Criminal Justice Studies


  • Social & Behavioral Sciences

What Will I Learn?

Joliet Junior College’s Associate of Arts in Criminal Justice is a liberal arts-based transfer degree that prepares students for careers in corrections, legal services, fraud investigation, private and government security, and other vital fields that assure the safety and security of all citizens.  Students in this program will receive a broad knowledge base in general education and criminal justice, in order to discover and develop individual competencies and interests in these and other related careers.  Development of analytical thought processes and state-of-the-art technical skills are a key part of this degree, as is help with job placement and mentoring by real-world criminal justice experts. 

Graduates of the JJC Criminal Justice program will find a job environment that is increasingly welcoming to diverse applicants, as the demand for trained personnel grows.  Or if they prefer, program graduates can choose to transfer their Associate of Arts in Criminal Justice to a 4-year institution in order to further their education and interests.

Criminal Justice Concentration - Associate of Arts

Certificate options are no longer available, but students can choose to pursue an associate of arts with a criminal justice concentration. 

  • Associate in Arts | Criminal Justice Concentration

    See below for the requirements for an associate in arts degree with a concentration in Criminal Justice. Please note that most classes are offered in fall, spring and summer semesters, but there may be some exceptions.

    First Semester

    • ENG 101 - Rhetoric - 3 credit hours
      • (Prerequisite: Appropriate placement score or minimum grade of "C" in one of the following: ENG 021 and ENG 099; ENG 022 and ENG 099; or the EAP course sequence ENG 079 and ENG 089; or ENG 096)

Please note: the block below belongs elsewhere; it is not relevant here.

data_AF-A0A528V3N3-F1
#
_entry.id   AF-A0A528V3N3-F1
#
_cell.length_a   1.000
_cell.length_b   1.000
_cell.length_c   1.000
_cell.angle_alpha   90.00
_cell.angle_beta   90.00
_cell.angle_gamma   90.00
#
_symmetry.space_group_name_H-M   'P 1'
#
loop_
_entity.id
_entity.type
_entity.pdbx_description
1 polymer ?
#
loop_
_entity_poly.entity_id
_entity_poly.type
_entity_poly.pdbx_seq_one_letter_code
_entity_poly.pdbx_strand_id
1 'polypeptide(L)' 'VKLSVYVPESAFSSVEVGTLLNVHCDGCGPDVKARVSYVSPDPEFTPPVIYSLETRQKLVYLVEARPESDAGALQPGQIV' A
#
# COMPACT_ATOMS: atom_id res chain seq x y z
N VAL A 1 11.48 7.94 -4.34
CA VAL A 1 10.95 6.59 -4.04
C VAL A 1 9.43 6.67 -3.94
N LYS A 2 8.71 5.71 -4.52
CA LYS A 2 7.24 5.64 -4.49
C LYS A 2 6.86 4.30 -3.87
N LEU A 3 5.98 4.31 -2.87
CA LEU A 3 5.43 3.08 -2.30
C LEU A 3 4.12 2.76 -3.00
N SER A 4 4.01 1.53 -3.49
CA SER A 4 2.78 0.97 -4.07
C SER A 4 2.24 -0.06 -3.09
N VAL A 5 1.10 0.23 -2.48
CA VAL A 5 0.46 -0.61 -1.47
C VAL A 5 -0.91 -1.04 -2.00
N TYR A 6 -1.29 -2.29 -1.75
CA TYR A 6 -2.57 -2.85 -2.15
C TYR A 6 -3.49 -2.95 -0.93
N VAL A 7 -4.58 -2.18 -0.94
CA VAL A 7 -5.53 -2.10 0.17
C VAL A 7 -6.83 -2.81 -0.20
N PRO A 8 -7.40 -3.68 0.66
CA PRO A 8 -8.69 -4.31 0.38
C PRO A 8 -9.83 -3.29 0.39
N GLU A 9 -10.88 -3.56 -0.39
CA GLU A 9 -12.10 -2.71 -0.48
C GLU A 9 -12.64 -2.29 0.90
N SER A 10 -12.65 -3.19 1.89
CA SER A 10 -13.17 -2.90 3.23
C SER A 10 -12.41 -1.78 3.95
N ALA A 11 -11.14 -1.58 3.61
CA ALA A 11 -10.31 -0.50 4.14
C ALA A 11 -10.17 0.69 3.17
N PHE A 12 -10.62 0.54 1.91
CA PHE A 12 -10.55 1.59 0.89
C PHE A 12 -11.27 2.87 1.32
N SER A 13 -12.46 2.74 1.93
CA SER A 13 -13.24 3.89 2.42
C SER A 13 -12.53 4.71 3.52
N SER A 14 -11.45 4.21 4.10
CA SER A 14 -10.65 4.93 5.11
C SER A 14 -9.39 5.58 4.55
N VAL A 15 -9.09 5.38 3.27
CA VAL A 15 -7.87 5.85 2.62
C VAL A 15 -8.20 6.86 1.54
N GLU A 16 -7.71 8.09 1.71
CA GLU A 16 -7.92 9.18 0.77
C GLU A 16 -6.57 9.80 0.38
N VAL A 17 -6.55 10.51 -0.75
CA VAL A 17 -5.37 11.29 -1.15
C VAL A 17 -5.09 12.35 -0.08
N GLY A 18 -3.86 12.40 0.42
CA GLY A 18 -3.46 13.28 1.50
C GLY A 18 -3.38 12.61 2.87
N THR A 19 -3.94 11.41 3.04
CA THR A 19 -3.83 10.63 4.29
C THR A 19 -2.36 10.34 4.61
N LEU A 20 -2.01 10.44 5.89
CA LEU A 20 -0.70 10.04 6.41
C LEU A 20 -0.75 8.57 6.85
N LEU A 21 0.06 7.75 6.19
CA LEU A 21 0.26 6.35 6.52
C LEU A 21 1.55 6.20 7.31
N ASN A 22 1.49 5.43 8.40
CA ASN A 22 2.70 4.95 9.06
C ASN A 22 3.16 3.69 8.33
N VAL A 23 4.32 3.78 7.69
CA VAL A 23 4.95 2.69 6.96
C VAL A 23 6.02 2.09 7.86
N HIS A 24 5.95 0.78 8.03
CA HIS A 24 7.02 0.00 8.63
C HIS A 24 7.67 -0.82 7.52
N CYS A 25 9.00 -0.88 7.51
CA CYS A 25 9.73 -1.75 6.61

• PSYC 101 - General Psychology - 3 credit hours
    • FA/HUM - Fine Arts or Humanities course - 3 credit hours
    • CRJ 100 - Intro to Criminal Justice System - 3 credit hours
    • CRJ 105 - Intro to Corrections - 3 credit hours

    Total: 15 hours

    Second Semester

    • ENG 102 - Rhetoric - 3 credit hours
      • (Prerequisite: Minimum grade of "C" in ENG 101)
    • SOC 290 - Cultural Diversity in America - 3 credit hours
    • FA/HUM - Fine Arts or Humanities course - 3 credit hours
    • BIO 125 - Human Biology - 4 credit hours
      • (Prerequisites: Placement testing into ENG 101; or minimum grade "C" in one of the following: ENG 021 and ENG 099 or the EAP course sequence ENG 079 and ENG 089; or ENG 096. Placement testing into MATH 094 or minimum grade of "C" in MATH 090)
    • MATH 128 - Elementary Statistics - 4 credit hours
      • (Prerequisite: Appropriate placement score or minimum grade of "C" in MATH 098)

    Total: 17 hours

    Third Semester

    • COMM 101 - Principles of Communication - 3 credit hours
      • (Prerequisite: Placement testing into ENG 101 or minimum grade "C" in one of the following: ENG 021 and ENG 099; ENG 022 and ENG 099; or the EAP course sequence ENG 079 and ENG 089; or ENG 096)